October 19th-25th, 2020 is National Estate Planning Awareness Week, so if you’ve been thinking about creating an estate plan, but still haven’t checked it off your to-do list, now is the perfect time to get it done. If you or anyone you love has yet to create a plan, contact us to get your plan started today.
Your mind can concoct all sorts of rationalizations not to do planning. “I won’t care because I’ll be dead.” “I’m too young.” “That won’t happen to me.” “My family will know what to do.” But when you understand what estate planning is and what it protects against, you’ll realize there is no acceptable excuse for not having a plan. Here are 4 reasons why you can’t afford to go without an estate plan.
1. Your family will have to go to court
If you don’t have a plan, or if you only have a will (yes, even with a will), you’re forcing your family to go through probate upon your death. Probate is the legal process for settling your estate. It’s slow, costly, and public. But with no plan at all, probate can be a true nightmare for your loved ones.
Probate can take months, or even years, to complete and it can be expensive. Once all of your debts, taxes, court and attorney fees have been paid, there might be nothing left for anyone to inherit.
Yet, the most burdensome part of probate is the frustration and anxiety it can cause your loved ones. Rather than being able to focus on grieving your death, your family will be stuck dealing with a court system that can be challenging to navigate even in the best of circumstances.
With proper planning, your family can avoid that frustration and anxiety and they can keep the family affairs private. For example, with a Trust, we can ensure that your assets pass directly to your family upon your death, without the need for any court intervention. As long as you have planned properly, just about everything can happen privately and efficiently.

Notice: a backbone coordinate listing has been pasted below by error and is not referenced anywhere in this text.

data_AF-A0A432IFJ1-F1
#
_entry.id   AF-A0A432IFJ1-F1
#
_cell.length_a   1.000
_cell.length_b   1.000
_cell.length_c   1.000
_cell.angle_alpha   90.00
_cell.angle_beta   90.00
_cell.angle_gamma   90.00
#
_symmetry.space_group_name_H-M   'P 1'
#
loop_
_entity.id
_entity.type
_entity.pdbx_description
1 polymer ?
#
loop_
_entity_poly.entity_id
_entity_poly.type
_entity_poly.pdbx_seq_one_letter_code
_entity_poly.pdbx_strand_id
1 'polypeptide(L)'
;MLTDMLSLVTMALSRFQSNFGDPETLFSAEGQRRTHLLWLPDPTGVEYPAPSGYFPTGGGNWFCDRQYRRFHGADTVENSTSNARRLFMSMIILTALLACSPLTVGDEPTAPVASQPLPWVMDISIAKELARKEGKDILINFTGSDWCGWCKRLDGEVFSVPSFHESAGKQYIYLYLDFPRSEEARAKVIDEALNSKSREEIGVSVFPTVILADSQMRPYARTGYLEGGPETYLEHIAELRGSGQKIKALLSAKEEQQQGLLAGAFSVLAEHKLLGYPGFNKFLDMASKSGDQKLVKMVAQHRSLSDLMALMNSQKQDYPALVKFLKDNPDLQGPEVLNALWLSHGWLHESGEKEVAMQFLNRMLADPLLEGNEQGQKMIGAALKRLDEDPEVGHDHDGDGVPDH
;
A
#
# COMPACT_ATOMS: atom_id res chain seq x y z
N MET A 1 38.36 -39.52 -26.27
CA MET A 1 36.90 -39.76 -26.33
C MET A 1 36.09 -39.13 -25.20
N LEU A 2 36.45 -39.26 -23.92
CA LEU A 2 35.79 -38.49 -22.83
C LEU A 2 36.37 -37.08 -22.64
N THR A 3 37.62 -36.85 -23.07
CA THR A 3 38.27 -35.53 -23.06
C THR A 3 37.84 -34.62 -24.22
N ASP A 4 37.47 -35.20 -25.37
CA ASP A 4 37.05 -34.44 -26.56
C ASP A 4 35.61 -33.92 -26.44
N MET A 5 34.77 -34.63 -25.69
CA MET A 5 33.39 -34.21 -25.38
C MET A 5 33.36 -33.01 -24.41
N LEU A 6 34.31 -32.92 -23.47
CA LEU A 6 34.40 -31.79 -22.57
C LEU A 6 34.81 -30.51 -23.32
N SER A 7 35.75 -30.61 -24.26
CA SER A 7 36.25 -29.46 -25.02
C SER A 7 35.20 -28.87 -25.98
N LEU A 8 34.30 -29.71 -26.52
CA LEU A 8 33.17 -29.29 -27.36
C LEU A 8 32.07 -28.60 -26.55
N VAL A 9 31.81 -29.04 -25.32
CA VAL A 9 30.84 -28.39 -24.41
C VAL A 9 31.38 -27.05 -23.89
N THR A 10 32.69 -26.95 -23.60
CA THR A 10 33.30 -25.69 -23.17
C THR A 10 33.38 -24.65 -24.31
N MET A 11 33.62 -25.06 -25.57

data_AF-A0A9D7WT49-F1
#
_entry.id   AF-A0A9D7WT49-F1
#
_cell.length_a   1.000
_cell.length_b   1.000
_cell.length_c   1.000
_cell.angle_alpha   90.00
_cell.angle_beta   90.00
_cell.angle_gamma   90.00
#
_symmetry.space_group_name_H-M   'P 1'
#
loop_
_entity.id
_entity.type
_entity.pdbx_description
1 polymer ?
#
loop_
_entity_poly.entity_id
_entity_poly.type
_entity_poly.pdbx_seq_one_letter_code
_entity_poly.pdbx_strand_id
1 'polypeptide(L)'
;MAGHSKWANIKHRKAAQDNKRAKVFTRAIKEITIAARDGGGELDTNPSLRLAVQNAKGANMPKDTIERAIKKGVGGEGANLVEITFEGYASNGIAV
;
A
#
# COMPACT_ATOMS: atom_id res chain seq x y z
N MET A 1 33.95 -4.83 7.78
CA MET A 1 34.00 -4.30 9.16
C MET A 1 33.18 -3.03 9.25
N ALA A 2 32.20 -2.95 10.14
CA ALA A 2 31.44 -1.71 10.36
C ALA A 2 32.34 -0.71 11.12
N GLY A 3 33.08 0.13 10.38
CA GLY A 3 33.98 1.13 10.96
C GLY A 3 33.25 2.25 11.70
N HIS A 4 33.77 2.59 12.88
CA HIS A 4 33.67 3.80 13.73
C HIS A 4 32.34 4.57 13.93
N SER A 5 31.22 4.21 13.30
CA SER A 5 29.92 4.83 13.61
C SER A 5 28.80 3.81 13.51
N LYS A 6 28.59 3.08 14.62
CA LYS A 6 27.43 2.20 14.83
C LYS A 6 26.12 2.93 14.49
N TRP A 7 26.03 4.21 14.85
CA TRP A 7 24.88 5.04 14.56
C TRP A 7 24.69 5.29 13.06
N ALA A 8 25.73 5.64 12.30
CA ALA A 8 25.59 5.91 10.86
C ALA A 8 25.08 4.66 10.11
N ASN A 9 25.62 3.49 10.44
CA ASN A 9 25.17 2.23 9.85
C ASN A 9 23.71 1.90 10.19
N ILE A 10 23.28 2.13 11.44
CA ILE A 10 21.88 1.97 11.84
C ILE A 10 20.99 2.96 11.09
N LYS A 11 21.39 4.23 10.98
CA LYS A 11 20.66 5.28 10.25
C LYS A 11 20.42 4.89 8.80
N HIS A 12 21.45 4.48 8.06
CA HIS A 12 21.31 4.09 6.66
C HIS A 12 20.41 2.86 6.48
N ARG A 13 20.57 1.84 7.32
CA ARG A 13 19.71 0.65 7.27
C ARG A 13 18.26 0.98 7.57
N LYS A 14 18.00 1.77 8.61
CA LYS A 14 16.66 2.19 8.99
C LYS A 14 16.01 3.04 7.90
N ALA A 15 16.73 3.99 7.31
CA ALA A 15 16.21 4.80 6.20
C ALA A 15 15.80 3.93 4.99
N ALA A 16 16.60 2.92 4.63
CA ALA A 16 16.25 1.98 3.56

2. You have no control over who inherits your assets
If you die without a plan, the State dictates who inherits your assets through our intestate succession laws. Do not assume it all just goes to your spouse!
Spouses and children, jointly, are given top priority, followed by your other closest living family members. If you’re single with no children, your assets typically go to your parents or then siblings. None of those? Your assets trickle down to more distant relatives. If you want someone outside of your family to inherit your property, having a plan is an absolute must. If there are family members who should NOT receive your assets, you need a plan!
3. You have no control over your medical, financial, or legal decisions in the event of your incapacity
Most people assume estate planning only comes into play when they die. They are Dead Wrong! Pun fully intended! 🙂 Planning for your potential incapacity is just as important—if not more so. You have no control over your medical, financial, or legal decisions in the event of your incapacity if you have no plan in place.
Your family would have to petition the court to appoint a guardian to manage you and your affairs. Guardianship is costly, time consuming, and often traumatic. In fact, incapacity can be a much greater burden for your loved ones than your death.
Proper planning enables YOU to choose who can make your medical, financial, and legal decisions for you if you are incapacitated. You can also provide specific guidelines detailing how you want your care to be managed, including critical end-of-life decisions.
4. You have no control over who will raise your children
If you’re a parent of minor children without an estate plan, you have no control over who will raise your children upon your death or incapacity. If you don’t name legal guardians for your kids in a Will, a judge will decide who cares for your children. The judge could pick someone from your family you’d never want to raise them, or the judge could pick a stranger.
Your family could end up fighting one another in court over who gets custody. This can get extremely ugly and expensive!
If you have minor children, your number-one planning priority should be naming legal guardians to care for your children. Our Kids Protection Plan® guides you step-by-step through the process of creating the legal documents naming these guardians and ensuring your children are raised the way you’d want. Although a judge is always required to finalize the appointment of guardians for your children, you need to give the judge clear direction.
You also should identify people who can be with your children in the time before the permanent guardian is appointed. These are called “short-term guardians.” You can get this process started right now for free by visiting our user-friendly website: https://susanhuntlaw.com/kids-protection-plan/
No more excuses
As you can see, you just can’t afford putting off your estate planning any longer. The biggest benefit you stand to gain from putting a plan in place is the peace of mind that comes from knowing your loved ones will be provided and cared for no matter what happens to you. No More Excuses! Get this checked off your to-do list NOW!